When Mercy Hospital in Durango stopped providing tubal ligations, a form of female sterilization, at the time of cesarean section as of April 15, doctors at Southwest Memorial Hospital in Cortez undertook efforts to spread the word that contraception and birth control services remain available in the Four Corners.
Jessica Kaplan and Erin Schmitt, obstetricians and gynecologists at Southwest Memorial Hospital, said the hospital provides wide-ranging maternity services for low- and high-risk vaginal births and C-sections in addition to contraceptive care and birth control.
Contraceptive options include tubal ligation at the time of C-section, among other times, as well as other sterilization surgeries, Kaplan said.
General surgeons provide vasectomies through the hospital’s outpatient clinic, she said. Other methods of birth control such as intrauterine devices (IUD’s), subdermal implants, contraceptive patches, vaginal rings and depo shots are also available.
“Pretty much any other form of birth control. There's nothing that we don't provide,” she said.
Southwest Memorial Hospital in Cortez is 47 miles from Durango. The doctors said it can be challenging for people to access care for reproductive health issues, especially in a time way when family planning is under political and regulatory siege across the country. It is important to be aware of services that are available in the area so people aren’t unnecessarily traveling long distances to get desired contraceptive care.
Schmitt said she is still surprised by the number of people who don’t realize Southwest Memorial Hospital offers obstetric care. And getting through Wolf Creek Pass and other mountain passes from Cortez or Durango to Denver in the winter has delayed care for women before.
She said patients have had unintended pregnancies because they missed appointments to have their tubes tied in Denver due to pass closures and inclement weather.
“And two or three months goes by and all of a sudden they're pregnant again,” she said.
Sometimes, women have significant medical conditions such as cardiac disease or diabetes that put them at increased risk during pregnancy, making knowledge of and access to care all the more important, she said.
“We just wanted to make sure women of the community feel supported and make sure they know they have a lot of resources,” she said. “One, for tubals during C-section, but also like birth control and contraception and other things that they have access to here, so that they don't have to face the difficult decisions of an unintended pregnancy.”
Kaplan said the American College of Obstetricians and Gynecologists found about 50% of women who don’t get their tubes tied at the time of delivery will end up not getting the procedure at all, even if they have access to services in the future. There are many factors that could prohibit those women from getting care, but the data speaks to the importance of offering tubal ligation at the time of C-section.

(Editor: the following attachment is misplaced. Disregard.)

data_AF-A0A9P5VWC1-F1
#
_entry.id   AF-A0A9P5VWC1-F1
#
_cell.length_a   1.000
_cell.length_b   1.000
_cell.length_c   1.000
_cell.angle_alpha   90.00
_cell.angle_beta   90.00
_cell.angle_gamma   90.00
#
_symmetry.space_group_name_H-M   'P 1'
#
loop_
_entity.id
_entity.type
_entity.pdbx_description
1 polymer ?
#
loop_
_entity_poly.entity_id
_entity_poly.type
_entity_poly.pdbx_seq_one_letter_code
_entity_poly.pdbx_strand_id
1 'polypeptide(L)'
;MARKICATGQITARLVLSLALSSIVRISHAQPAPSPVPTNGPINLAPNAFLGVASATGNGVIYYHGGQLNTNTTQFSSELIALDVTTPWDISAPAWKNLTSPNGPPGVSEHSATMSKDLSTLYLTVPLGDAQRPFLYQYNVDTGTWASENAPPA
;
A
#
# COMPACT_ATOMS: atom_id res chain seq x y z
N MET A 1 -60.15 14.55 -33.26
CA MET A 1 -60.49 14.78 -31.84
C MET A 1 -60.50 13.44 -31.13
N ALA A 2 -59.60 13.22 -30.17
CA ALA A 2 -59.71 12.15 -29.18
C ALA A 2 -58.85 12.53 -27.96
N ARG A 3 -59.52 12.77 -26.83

Schmitt said Southwest Memorial Hospital delivers about 200 babies annually. She doesn't know how many new patients are seeking contraceptive care in Cortez after Mercy Hospital’s policy shift from providing tubal ligations, but it is occurring. She recently delivered a patient’s fourth baby by C-section and tied her tubes, which was not offered at Mercy Hospital.
“The numbers are kind of small right now. So we haven't really done any analysis,” she said. “But definitely, the talk is in the community about what women would do if we didn't have these services. So we're reaching out and trying to do as much education as we can.”
Outpatient vasectomies have also noticeably increased recently, Kaplan said.
Mercy Hospital stopped providing tubal ligations at the time of C-section in April after it quietly announced the “completion of re-education with our Community Board, clinical leaders, caregivers, and the Mercy Ethics Committee on the application of the Ethical and Religious Directives for Catholic Health Care Services.”
Brie Todd, a gynecologist at Four Corners OB/GYN, an independent clinic that provides labor and delivery services at Mercy, said in a previous interview she was informed of the planned policy shift in an Aug. 15 meeting with Patrick Sharp, former Mercy CEO, and Augustine Nellary, director of mission integration at Mercy.
Neither representatives from Mercy nor Centura Health, its parent organization, responded to requests for comment on Tuesday.
The Colorado Sun reported earlier this month the Colorado Senate passed a bill requiring hospitals to disclose to patients if they do not provide reproductive health care, including tubal ligation at the time of C-section, among other things.
Kaplan said limiting options to patients through hospital policies is not beneficial to patients, but if policies are restrictive, patients should be made aware in order to make informed choices.
“It's good to be transparent about what services you do provide so that patients can make an informed choice, especially if that's going to influence where they want to get care,” she said.
“It's important for providers to know, like, I would want to be part of a system that supports women rights and choices,” Schmitt said. “So I think it's good for everyone to be clear and on the same page, so you can kind of have a collective, you know, working environment, peace and education.”